Homelessness can often feel like a foreign and distant concept. In reality, it can happen to any of us. Whether it’s losing a job, experiencing poor health, or being a victim of the housing crisis, many people are one twist of bad luck from becoming homeless.
But have you ever stopped to think about what happens when women and menstrating people who experience homelessness get their period? Having your period can be uncomfortable at the best of times, but this is amplified tenfold when experiencing homelessness. It can be difficult to access basic necessities, including period care products.
Enter, the Modibodi X The Good Box partnership.
So, what is The Good Box? It’s an incredible charity organisation that provides boxes filled with essential items to people experiencing homelessness. This year, Modibodi has teamed up with the team at The Good Box by donating period underwear to include in Good Boxes.
“Experiencing homelessness can be a scary time for many,” explains Gali Blacher, CEO of The Good Box.
“When one has to worry about all of life’s necessities, from safety, to warmth, to food, it’s easy to forget about periods. What does a woman experiencing homelessness, who cannot afford period products, do during their time of the month? Periods don’t have an off-switch or a pause button.”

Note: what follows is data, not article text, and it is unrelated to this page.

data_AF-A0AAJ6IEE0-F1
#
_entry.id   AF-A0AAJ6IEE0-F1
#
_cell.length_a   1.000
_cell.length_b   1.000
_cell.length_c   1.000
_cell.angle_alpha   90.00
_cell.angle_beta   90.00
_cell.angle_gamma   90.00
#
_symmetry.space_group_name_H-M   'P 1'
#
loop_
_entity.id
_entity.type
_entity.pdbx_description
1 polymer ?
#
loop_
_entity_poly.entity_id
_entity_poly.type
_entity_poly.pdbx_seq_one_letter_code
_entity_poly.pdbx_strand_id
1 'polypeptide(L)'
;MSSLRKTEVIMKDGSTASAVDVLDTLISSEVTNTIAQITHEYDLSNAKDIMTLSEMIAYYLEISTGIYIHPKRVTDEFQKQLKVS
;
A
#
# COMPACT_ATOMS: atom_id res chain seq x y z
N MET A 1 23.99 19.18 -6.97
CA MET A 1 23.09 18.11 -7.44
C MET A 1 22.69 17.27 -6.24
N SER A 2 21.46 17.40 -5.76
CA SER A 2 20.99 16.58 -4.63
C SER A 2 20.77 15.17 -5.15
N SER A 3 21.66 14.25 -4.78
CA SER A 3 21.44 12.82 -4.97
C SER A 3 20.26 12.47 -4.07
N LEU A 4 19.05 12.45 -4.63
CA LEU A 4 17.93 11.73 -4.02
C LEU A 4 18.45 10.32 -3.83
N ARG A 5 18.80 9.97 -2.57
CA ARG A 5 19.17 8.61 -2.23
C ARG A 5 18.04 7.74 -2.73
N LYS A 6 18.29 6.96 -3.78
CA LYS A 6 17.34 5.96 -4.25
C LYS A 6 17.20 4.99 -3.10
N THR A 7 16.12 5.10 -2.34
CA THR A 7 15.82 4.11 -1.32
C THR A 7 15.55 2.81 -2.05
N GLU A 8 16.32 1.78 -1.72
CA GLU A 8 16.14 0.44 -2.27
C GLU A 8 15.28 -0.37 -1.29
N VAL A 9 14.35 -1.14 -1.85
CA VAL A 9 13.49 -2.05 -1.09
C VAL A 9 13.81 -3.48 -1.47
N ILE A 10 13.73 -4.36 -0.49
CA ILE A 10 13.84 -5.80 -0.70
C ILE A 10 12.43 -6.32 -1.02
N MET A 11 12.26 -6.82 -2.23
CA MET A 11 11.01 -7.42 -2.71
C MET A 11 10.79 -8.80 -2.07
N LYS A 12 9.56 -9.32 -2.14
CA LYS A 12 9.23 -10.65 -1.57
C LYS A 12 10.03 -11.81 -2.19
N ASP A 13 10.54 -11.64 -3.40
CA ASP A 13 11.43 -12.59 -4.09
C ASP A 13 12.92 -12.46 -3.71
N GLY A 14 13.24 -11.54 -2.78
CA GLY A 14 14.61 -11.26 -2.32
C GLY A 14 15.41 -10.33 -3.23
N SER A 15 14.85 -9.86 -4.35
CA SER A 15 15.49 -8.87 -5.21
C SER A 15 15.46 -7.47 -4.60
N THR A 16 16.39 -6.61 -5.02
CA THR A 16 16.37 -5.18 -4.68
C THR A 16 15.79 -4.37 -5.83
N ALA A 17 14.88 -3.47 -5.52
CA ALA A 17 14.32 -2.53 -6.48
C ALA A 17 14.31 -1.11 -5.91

Together, Modibodi X The Good Box are helping provide dignity and comfort for those in need. Our innovative period underwear is a great solution because they can be reused each month, instead of needing to buy new disposable products every period.
Thankfully, many people experiencing homelessness are in emergency or temporary accommodation, where they have access to washing machines and can easily wash reusable period underwear. If they don't have access to these facilities, then there are charitable mobile shower and laundry services available.
“It’s so important to constantly be thinking about the different ways we can help those in need. It is often the small things that we take for granted, like having access to hygiene products, that we forget about when assisting those experiencing homelessness,” says Gali Blacher.